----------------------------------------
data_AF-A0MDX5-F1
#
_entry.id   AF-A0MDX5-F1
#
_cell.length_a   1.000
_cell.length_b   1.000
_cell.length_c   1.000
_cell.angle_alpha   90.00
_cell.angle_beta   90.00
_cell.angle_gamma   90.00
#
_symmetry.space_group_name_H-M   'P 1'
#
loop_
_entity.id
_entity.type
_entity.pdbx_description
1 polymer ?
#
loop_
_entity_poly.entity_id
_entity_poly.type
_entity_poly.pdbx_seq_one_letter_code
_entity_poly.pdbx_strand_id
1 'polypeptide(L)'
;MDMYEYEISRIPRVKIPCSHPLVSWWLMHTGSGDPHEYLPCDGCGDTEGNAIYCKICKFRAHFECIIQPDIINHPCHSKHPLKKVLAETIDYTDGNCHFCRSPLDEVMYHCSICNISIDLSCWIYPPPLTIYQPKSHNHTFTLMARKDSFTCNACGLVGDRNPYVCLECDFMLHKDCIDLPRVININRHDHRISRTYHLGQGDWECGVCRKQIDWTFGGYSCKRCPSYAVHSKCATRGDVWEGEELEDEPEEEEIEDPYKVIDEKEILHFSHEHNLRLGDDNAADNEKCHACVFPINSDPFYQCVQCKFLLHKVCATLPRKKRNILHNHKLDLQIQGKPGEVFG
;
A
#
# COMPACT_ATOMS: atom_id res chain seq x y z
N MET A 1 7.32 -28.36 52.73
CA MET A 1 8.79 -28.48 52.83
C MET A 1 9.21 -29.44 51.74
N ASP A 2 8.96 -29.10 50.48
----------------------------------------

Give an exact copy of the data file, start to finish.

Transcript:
data_AF-A0MDX5-F1
#
_entry.id   AF-A0MDX5-F1
#
_cell.length_a   1.000
_cell.length_b   1.000
_cell.length_c   1.000
_cell.angle_alpha   90.00
_cell.angle_beta   90.00
_cell.angle_gamma   90.00
#
_symmetry.space_group_name_H-M   'P 1'
#
loop_
_entity.id
_entity.type
_entity.pdbx_description
1 polymer ?
#
loop_
_entity_poly.entity_id
_entity_poly.type
_entity_poly.pdbx_seq_one_letter_code
_entity_poly.pdbx_strand_id
1 'polypeptide(L)'
;MDMYEYEISRIPRVKIPCSHPLVSWWLMHTGSGDPHEYLPCDGCGDTEGNAIYCKICKFRAHFECIIQPDIINHPCHSKHPLKKVLAETIDYTDGNCHFCRSPLDEVMYHCSICNISIDLSCWIYPPPLTIYQPKSHNHTFTLMARKDSFTCNACGLVGDRNPYVCLECDFMLHKDCIDLPRVININRHDHRISRTYHLGQGDWECGVCRKQIDWTFGGYSCKRCPSYAVHSKCATRGDVWEGEELEDEPEEEEIEDPYKVIDEKEILHFSHEHNLRLGDDNAADNEKCHACVFPINSDPFYQCVQCKFLLHKVCATLPRKKRNILHNHKLDLQIQGKPGEVFG
;
A
#
# COMPACT_ATOMS: atom_id res chain seq x y z
N MET A 1 7.32 -28.36 52.73
CA MET A 1 8.79 -28.48 52.83
C MET A 1 9.21 -29.44 51.74
N ASP A 2 8.96 -29.10 50.48